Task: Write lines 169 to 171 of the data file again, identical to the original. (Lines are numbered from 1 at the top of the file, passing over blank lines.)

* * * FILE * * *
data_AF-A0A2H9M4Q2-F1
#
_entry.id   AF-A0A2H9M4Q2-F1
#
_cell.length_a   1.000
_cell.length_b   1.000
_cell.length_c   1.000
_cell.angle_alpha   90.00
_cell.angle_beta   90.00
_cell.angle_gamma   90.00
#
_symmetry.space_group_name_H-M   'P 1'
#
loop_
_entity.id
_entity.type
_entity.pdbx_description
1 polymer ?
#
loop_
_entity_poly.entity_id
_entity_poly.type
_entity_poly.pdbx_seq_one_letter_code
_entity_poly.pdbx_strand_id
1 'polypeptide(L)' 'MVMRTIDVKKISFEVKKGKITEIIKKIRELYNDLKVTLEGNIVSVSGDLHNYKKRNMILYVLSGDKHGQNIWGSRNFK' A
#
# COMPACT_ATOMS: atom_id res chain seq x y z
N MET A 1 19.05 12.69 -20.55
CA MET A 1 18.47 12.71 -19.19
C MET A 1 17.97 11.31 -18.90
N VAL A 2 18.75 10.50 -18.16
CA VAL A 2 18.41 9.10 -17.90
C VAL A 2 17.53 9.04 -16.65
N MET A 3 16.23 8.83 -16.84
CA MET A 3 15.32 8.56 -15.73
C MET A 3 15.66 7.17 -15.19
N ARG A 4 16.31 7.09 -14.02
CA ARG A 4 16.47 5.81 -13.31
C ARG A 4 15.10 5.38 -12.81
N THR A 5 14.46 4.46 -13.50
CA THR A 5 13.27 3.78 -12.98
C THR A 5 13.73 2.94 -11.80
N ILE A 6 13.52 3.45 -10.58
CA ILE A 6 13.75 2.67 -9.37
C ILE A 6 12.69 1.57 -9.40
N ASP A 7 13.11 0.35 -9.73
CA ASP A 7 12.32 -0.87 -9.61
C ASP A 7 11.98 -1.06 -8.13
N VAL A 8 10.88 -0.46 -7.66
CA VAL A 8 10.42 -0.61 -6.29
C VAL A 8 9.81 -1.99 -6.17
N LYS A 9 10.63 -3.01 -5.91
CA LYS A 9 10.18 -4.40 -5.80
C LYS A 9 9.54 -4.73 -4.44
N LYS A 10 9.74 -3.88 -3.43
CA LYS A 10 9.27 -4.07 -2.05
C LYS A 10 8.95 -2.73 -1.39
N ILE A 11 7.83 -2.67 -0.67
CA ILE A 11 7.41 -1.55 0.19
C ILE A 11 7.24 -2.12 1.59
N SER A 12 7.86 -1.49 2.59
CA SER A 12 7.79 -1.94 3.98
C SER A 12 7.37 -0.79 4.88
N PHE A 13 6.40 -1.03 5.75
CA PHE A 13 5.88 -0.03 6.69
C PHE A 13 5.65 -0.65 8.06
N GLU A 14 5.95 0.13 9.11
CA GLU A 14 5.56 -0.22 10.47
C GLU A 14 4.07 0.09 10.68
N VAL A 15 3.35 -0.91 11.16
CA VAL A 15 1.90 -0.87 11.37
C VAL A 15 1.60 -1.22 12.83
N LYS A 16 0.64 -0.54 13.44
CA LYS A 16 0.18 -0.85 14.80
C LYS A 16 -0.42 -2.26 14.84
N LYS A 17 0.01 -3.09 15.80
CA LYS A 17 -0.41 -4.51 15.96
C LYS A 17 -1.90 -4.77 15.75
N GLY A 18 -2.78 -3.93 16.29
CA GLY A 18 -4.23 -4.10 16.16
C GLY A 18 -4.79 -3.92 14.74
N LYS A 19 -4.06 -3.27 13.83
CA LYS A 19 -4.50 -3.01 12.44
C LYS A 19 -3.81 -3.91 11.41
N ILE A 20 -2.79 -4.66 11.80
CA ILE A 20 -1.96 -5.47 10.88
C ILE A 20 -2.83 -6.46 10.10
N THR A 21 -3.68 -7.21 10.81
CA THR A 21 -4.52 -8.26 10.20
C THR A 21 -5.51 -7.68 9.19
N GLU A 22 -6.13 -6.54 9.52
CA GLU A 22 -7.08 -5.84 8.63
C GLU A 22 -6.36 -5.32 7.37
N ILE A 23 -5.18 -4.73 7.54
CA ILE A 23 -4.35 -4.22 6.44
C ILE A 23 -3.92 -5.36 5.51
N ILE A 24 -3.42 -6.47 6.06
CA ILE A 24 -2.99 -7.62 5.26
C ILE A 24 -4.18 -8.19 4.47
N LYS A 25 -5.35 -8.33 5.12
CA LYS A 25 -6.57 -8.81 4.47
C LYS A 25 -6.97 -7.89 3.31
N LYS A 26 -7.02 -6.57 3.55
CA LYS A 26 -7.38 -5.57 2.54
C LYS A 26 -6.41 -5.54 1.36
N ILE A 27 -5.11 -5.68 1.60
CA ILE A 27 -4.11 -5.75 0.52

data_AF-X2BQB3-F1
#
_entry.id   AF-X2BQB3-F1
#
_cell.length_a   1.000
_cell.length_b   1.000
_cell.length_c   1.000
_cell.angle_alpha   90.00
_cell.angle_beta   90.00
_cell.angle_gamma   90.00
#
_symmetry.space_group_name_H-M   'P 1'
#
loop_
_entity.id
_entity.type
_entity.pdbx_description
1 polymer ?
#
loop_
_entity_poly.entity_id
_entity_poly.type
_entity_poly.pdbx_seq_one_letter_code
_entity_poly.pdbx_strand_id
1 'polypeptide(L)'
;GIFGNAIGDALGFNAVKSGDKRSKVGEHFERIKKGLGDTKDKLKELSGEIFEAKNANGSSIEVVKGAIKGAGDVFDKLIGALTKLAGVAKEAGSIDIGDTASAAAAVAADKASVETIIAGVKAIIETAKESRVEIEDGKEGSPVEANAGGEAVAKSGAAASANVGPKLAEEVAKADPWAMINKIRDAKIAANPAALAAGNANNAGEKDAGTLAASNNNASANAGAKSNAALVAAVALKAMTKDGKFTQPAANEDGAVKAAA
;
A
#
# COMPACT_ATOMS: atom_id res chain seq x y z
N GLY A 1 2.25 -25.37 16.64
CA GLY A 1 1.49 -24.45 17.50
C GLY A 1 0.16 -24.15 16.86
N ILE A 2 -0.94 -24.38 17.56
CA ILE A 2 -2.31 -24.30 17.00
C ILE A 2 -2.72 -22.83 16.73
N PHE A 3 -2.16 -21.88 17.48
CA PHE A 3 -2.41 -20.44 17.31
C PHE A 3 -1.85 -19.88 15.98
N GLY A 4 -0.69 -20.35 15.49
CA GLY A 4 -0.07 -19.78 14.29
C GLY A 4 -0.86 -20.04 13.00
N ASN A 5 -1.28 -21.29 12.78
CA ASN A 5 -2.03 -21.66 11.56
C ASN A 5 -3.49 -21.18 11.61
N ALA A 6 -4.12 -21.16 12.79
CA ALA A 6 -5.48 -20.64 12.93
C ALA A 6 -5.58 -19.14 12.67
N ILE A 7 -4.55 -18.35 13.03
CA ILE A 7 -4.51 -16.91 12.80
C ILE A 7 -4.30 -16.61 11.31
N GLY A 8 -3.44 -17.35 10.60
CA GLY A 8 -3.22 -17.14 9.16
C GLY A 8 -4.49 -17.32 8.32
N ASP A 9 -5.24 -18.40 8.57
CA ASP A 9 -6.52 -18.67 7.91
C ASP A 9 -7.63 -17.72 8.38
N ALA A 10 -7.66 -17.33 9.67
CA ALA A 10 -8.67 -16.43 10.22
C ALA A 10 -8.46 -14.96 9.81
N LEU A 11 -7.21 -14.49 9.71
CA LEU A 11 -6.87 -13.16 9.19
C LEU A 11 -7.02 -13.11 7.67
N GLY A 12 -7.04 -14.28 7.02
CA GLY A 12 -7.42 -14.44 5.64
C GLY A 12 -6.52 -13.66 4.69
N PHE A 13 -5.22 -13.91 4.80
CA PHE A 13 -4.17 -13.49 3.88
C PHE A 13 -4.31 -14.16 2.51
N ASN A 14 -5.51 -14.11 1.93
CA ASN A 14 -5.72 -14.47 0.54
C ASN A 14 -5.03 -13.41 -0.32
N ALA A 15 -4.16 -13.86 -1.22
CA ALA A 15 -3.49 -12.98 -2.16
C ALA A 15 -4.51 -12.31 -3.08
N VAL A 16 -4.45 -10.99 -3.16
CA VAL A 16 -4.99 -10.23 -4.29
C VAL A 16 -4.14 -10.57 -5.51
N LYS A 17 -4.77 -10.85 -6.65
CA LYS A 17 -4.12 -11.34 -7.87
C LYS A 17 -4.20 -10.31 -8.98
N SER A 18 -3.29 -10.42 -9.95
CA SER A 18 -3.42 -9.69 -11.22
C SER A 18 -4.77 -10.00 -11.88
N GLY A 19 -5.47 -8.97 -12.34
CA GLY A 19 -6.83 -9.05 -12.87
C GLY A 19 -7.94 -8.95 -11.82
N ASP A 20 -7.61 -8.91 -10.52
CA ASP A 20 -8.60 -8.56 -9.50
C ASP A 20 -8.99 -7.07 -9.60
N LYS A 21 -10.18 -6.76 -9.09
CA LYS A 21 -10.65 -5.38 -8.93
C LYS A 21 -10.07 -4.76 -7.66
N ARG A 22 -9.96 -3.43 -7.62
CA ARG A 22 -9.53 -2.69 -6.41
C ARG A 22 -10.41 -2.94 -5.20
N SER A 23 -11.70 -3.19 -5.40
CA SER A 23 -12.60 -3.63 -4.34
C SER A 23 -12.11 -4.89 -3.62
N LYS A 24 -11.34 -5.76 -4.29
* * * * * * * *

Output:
CA LEU A 11 -6.87 -13.16 9.19
C LEU A 11 -7.02 -13.11 7.67
N GLY A 12 -7.04 -14.28 7.02